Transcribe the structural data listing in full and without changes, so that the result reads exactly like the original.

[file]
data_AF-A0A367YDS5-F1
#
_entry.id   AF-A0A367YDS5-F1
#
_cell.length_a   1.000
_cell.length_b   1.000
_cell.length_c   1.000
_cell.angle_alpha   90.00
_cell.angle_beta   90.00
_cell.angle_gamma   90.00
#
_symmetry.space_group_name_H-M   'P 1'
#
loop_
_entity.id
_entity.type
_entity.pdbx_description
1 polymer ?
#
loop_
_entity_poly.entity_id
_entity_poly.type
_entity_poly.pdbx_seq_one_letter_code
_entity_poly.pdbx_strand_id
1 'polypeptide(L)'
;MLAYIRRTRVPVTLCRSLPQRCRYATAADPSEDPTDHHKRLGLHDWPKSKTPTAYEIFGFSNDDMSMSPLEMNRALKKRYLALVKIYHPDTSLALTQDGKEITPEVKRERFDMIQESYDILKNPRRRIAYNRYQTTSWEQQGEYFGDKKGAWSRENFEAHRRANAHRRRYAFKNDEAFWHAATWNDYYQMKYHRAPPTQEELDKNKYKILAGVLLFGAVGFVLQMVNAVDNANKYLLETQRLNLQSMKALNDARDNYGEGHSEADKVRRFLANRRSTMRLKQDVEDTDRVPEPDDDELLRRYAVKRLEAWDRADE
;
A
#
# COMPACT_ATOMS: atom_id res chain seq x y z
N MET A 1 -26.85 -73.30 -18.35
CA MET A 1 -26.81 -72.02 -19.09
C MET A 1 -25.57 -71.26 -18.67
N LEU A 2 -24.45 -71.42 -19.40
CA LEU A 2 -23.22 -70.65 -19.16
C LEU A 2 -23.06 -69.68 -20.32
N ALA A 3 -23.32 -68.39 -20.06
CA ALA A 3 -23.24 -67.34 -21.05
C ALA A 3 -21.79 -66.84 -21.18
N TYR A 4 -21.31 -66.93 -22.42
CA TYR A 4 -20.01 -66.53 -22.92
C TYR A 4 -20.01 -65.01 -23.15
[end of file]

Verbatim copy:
data_AF-A0A367YDS5-F1
#
_entry.id   AF-A0A367YDS5-F1
#
_cell.length_a   1.000
_cell.length_b   1.000
_cell.length_c   1.000
_cell.angle_alpha   90.00
_cell.angle_beta   90.00
_cell.angle_gamma   90.00
#
_symmetry.space_group_name_H-M   'P 1'
#
loop_
_entity.id
_entity.type
_entity.pdbx_description
1 polymer ?
#
loop_
_entity_poly.entity_id
_entity_poly.type
_entity_poly.pdbx_seq_one_letter_code
_entity_poly.pdbx_strand_id
1 'polypeptide(L)'
;MLAYIRRTRVPVTLCRSLPQRCRYATAADPSEDPTDHHKRLGLHDWPKSKTPTAYEIFGFSNDDMSMSPLEMNRALKKRYLALVKIYHPDTSLALTQDGKEITPEVKRERFDMIQESYDILKNPRRRIAYNRYQTTSWEQQGEYFGDKKGAWSRENFEAHRRANAHRRRYAFKNDEAFWHAATWNDYYQMKYHRAPPTQEELDKNKYKILAGVLLFGAVGFVLQMVNAVDNANKYLLETQRLNLQSMKALNDARDNYGEGHSEADKVRRFLANRRSTMRLKQDVEDTDRVPEPDDDELLRRYAVKRLEAWDRADE
;
A
#
# COMPACT_ATOMS: atom_id res chain seq x y z
N MET A 1 -26.85 -73.30 -18.35
CA MET A 1 -26.81 -72.02 -19.09
C MET A 1 -25.57 -71.26 -18.67
N LEU A 2 -24.45 -71.42 -19.40
CA LEU A 2 -23.22 -70.65 -19.16
C LEU A 2 -23.06 -69.68 -20.32
N ALA A 3 -23.32 -68.39 -20.06
CA ALA A 3 -23.24 -67.34 -21.05
C ALA A 3 -21.79 -66.84 -21.18
N TYR A 4 -21.31 -66.93 -22.42
CA TYR A 4 -20.01 -66.53 -22.92
C TYR A 4 -20.01 -65.01 -23.15